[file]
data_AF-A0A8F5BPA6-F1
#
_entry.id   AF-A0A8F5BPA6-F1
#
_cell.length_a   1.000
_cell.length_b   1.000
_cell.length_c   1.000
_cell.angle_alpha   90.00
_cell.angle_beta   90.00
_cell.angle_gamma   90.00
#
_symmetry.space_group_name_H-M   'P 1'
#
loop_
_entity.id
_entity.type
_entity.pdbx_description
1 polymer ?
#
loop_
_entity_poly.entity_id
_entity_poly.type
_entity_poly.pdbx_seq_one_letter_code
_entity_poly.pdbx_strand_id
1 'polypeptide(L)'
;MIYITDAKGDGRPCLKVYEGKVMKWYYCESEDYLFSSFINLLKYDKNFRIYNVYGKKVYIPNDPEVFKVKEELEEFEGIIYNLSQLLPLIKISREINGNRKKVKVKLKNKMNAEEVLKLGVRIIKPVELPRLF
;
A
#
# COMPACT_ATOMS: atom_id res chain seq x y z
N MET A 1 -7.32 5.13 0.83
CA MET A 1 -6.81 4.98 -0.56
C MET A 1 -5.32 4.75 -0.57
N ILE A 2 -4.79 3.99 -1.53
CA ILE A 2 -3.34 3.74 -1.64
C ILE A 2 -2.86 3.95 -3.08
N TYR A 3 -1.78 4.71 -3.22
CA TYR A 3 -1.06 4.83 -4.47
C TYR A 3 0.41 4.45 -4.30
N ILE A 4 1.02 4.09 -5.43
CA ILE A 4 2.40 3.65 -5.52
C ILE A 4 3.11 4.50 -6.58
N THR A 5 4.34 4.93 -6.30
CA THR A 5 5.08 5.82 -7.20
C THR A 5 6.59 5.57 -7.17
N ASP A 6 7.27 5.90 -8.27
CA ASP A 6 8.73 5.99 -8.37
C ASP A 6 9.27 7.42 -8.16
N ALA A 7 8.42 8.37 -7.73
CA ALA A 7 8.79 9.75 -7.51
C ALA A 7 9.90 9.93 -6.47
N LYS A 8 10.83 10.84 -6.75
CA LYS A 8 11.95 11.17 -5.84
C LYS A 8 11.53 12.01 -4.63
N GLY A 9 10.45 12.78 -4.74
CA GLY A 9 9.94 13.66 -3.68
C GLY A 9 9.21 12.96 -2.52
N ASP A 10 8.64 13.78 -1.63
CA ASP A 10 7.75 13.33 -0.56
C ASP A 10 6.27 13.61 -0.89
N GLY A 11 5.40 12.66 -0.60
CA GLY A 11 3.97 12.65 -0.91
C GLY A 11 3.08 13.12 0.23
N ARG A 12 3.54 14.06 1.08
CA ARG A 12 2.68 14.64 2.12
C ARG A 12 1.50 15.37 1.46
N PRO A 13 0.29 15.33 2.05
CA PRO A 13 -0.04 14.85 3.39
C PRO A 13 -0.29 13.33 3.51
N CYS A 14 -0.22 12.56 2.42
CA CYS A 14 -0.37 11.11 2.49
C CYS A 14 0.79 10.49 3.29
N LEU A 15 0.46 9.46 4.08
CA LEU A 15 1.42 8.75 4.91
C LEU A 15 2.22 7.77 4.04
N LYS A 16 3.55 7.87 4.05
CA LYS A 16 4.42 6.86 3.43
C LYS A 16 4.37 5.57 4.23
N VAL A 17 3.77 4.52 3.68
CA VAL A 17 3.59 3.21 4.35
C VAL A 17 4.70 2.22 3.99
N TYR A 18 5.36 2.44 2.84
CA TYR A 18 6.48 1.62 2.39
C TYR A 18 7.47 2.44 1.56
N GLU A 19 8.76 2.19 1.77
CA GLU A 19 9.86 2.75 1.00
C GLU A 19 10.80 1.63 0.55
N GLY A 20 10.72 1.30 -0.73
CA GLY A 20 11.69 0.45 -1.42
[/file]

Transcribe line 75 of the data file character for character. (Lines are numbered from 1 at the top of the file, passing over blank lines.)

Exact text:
C LEU A 15 2.22 7.77 4.04